The church does not consider herself a state church, as the state does not have the authority to affect her internal workings or theology.

Lutheran
Denmark (Church of Denmark)
Iceland (Church of Iceland)
Norway (Church of Norway)
Finland: Evangelical Lutheran Church of Finland has a special relationship with the Finnish state, its internal structure being described in a special law, the Church Act. The Church Act can be amended only by a decision of the Synod of the Evengelical Lutheran Church and subsequent ratification by the parliament. The church has a power to tax her members and all corporations, except those the majority of which is owned by members of the Finnish Orthodox Church. The state collects these taxes for the church, for a fee. On the other hand, the church is required to give a burial place for everyone in her graveyards. The church does not consider herself a state church, as the Finnish state does not have a possibility to affect her internal workings or her theology, although it has a veto in those changes of the internal structure which require changing the Church Act. Neither does the Finnish state accord any precendence to Lutherans or the Lutheran faith in its own acts.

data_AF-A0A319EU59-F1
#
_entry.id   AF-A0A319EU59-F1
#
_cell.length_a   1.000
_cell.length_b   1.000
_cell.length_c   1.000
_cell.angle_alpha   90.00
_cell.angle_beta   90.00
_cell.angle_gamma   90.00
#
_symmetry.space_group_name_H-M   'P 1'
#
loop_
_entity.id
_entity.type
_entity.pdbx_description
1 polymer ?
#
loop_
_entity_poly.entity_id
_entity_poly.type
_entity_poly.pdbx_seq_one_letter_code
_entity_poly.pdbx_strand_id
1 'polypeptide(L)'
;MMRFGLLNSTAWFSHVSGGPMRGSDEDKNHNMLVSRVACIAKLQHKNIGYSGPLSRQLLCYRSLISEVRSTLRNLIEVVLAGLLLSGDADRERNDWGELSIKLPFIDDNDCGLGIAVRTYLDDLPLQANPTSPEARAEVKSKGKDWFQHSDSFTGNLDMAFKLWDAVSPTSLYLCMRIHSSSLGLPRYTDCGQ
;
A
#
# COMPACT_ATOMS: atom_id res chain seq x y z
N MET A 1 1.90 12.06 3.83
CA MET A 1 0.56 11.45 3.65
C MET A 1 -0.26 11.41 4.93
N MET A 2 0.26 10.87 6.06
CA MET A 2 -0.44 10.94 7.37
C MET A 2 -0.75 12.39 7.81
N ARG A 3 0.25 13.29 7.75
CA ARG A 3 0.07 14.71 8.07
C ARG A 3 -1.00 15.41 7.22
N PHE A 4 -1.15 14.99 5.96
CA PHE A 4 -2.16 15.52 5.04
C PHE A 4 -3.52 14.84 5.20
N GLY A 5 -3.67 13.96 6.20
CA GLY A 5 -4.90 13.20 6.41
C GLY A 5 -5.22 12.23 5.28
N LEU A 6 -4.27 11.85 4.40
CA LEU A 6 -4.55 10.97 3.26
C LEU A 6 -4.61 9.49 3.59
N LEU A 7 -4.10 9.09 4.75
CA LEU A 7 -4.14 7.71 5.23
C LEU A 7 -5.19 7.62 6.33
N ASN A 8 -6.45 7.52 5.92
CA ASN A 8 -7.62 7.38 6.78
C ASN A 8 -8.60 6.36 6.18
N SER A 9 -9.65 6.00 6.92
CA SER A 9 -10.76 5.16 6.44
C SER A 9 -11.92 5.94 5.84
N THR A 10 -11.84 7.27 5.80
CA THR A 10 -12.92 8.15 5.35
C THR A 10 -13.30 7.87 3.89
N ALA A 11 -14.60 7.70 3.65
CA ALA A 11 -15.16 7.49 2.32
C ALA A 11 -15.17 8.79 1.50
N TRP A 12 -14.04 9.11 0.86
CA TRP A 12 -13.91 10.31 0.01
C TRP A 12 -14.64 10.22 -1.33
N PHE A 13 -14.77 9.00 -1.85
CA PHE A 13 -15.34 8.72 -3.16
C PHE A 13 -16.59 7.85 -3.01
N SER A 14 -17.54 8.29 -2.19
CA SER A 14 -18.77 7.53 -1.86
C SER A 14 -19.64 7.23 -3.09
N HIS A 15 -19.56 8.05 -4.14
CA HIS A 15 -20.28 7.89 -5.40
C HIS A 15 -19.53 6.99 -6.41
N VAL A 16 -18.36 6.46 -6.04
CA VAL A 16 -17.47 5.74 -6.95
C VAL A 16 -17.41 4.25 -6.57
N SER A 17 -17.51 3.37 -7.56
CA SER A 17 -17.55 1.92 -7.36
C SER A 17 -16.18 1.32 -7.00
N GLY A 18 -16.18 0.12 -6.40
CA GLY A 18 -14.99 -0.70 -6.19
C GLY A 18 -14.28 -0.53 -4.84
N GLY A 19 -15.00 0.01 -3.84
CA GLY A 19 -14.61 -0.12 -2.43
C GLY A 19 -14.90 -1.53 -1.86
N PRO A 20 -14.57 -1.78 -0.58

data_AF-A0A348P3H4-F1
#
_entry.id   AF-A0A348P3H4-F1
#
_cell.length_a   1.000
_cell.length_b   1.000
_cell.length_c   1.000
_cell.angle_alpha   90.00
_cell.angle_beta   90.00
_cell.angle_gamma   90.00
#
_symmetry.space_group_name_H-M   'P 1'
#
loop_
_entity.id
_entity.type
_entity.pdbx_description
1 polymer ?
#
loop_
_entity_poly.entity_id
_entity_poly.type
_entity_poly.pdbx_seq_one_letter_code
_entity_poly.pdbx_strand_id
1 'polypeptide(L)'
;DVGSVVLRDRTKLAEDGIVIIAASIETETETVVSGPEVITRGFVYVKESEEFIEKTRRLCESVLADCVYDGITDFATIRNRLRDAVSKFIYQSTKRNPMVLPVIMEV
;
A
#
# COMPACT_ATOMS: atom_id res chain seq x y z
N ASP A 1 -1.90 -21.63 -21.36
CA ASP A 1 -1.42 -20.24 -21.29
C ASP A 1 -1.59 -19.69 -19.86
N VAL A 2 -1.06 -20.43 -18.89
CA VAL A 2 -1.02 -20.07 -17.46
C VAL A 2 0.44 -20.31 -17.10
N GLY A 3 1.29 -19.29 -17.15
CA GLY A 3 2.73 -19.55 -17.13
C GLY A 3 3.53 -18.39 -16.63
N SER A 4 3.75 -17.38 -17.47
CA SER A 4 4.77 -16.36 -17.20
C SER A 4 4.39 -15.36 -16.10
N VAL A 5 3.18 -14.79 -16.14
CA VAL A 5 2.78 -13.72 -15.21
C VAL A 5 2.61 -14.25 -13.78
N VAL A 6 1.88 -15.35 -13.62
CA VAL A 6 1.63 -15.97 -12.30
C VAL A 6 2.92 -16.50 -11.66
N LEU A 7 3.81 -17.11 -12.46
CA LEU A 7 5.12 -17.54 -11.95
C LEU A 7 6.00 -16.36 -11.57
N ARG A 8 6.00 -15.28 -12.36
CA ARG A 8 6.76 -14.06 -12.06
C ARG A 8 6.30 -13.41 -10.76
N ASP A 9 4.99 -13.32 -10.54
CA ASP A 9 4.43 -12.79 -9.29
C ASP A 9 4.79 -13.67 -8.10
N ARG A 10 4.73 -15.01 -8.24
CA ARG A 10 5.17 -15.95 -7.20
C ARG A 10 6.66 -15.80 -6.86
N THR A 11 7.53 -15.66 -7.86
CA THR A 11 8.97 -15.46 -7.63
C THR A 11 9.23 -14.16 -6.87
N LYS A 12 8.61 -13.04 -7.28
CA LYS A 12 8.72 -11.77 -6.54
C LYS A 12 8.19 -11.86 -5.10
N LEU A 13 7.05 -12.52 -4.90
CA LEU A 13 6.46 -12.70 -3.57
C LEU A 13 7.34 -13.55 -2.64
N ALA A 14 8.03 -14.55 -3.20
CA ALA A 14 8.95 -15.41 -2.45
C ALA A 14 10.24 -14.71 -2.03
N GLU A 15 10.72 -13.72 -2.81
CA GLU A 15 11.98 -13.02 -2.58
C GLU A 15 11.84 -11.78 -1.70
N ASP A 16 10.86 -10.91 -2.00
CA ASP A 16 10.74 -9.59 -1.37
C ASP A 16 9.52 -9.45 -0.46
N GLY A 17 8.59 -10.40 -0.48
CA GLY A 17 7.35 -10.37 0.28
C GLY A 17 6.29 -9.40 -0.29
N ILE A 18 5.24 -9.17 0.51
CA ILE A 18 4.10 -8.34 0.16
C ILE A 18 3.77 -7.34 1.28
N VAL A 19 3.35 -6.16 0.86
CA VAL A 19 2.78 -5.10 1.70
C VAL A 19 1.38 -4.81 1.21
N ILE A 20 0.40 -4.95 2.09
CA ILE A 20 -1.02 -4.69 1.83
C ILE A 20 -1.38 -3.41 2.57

Anglican
England (Church of England)

Reformed
Some cantons of Switzerland (Swiss Reformed Church):
Aargau
Basel-Country
Berne
Glarus
Graubünden
Schwyz
Thurgau
Uri
Zurich
Scotland – the Church of Scotland is the national church, but is not a "state church" and has complete independence from the state in spiritual matters, thus being both established and free.[3]p.161

Old Catholic
Some cantons of Switzerland (Christian Catholic Church):
Aargau
Basel-Country
Berne

Islam
Afghanistan (State religion)
Algeria
Bahrain
Bangladesh
Brunei
Egypt (State religion)
Iran (State religion)
Iraq
Jordan
Kuwait
Libya
Malaysia
Maldives
Mauritania
Morocco
Oman
Pakistan (State religion)
Palestinian National Authority[4]
Qatar
Sahrawi Arab Democratic Republic (State religion)
Saudi Arabia (Religion of the Kingdom)
Somalia
Somaliland (Religion of the nation)
Tunisia
United Arab Emirates (Religion of the Kingdom)
Yemen

Sunni Islam
Algeria
Malaysia
Maldives
Pakistan (as National-sanctioned religion)
Saudi Arabia (as state-sanctioned religion)
Somalia

Shi'a Islam
Iran (as state-sanctioned religion)

Buddhism
Bhutan (Drukpa Kagyu school of Tibetan Buddhism)
Cambodia (Theravada Buddhism)
Kalmykia, a republic within the Russian Federation (Tibetan Buddhism - sole Buddhist entity in Europe)
Sri Lanka (Theravada Buddhism - The constitution accords Buddhism the "foremost place," but Buddhism is not recognized as the state religion. )